-Pierce Neinken, junior political science major at
Rollins College (Winter Park, FL)

"There were over 3,000 trees down on campus and 95 percent of the buildings experienced some sort of damage. Now, instead of a pretty campus, the University of West Florida looks like a logging industry.

"Our school was closed for three weeks due to Hurricane Ivan. When I returned, there was minimal power in the building where I had class, and my professor had to lecture from a waterlogged notebook.

"Despite all of this destruction, it's fascinating and encouraging to see the way people react. Humans are so resilient! Losing so much connection with the 'outside world' and having a common goal of cleaning up and restoring life to 'normal' really brings communities together."
-Sarah Smith, junior physics major at the University of West Florida (Pensacola, FL)

"I missed class for two days. I live on campus at the University of Miami, and our living quarters were fine. Our building is one of the safest in Miami. The windows have built--in hurricane shutters and the building is raised above ground level."
-Dianne Caridad Rubin, freshman business marketing major at the University of Miami (Coral Gables, FL)

"The University of Florida kept us very well--informed of what safety procedures to follow and what supplies were needed. Also, we have two hurricane shelters on campus that were open for any students to go to if they felt unsafe in their apartment or house. My roommates and I just stayed in our apartment - it's newly built and we felt safe enough.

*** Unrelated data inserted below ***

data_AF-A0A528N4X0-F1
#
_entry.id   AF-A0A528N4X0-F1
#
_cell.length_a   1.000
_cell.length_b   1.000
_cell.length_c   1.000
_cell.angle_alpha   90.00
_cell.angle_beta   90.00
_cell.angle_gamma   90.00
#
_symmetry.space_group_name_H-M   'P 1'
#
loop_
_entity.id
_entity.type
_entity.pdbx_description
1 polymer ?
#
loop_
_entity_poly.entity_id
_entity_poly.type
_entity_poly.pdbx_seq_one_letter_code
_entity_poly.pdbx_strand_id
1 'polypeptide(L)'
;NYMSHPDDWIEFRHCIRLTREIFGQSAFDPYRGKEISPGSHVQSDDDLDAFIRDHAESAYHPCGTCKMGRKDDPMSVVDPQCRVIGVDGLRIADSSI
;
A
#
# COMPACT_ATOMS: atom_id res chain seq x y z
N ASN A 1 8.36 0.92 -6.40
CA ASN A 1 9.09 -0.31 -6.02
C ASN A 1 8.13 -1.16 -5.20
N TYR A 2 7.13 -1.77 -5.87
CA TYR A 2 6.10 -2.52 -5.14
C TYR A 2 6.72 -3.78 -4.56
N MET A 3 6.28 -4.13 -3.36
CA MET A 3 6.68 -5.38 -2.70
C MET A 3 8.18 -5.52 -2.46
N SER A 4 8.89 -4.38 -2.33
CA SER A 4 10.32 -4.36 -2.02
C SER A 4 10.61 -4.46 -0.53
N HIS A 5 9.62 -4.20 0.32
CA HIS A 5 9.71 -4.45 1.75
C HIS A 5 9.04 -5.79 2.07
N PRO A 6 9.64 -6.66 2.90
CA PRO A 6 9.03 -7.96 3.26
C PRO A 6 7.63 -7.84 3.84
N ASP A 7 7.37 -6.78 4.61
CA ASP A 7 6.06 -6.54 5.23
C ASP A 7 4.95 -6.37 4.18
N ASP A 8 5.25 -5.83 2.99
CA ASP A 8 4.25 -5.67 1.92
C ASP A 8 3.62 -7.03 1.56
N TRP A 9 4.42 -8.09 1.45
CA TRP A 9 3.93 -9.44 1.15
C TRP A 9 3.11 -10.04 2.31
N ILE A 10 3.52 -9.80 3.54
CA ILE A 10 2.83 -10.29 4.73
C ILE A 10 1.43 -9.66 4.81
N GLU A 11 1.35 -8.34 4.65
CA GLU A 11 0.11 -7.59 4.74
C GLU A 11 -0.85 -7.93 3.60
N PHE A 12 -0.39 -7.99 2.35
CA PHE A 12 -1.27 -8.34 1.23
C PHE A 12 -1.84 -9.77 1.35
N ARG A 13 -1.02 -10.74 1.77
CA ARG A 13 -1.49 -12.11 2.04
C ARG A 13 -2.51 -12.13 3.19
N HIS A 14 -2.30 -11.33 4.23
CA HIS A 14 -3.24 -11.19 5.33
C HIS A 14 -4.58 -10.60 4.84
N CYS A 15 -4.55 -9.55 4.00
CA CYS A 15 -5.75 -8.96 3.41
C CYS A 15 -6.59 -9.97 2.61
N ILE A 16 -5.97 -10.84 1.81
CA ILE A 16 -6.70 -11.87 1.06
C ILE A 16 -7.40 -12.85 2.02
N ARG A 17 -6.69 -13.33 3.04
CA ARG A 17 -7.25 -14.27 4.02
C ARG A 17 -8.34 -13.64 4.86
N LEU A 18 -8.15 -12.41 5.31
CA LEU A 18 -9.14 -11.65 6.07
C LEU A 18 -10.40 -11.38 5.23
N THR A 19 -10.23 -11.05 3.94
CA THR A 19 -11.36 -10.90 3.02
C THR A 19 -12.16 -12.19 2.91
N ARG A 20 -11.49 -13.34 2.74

"We had about 20 gallons of water stored in our laundry room, plus flashlights, batteries, and candles in case the power went out - which it did for every hurricane. Many of our friends came to our place because they didn't feel safe at theirs, plus it was more fun to have a bunch of people riding out the storms together. At one time we had 15 people staying in our small four--bedroom apartment."
-Jennifer Meyer, senior advertising major at the University of Florida (Gainesville, FL)

"Experiencing three hurricanes in a month and a half was definitely crazy. Living in Florida and being stuck with no power or air conditioning can be torture!

"Due to power outages and leaks, my school was closed for a few days. Instead of having a week off for vacation, we had to make up our exams.

"My birthday weekend was also ruined because of Hurricane Charley. I invited friends and family to go to the beach to celebrate, but everything was canceled because of the weather. And, I missed my trip back home to New Jersey after finals because of the hurricanes that followed, Frances and Jeanne."
-- Marie Zagada, junior multimedia design major at the International Academy of Design and Technology (Orlando, FL)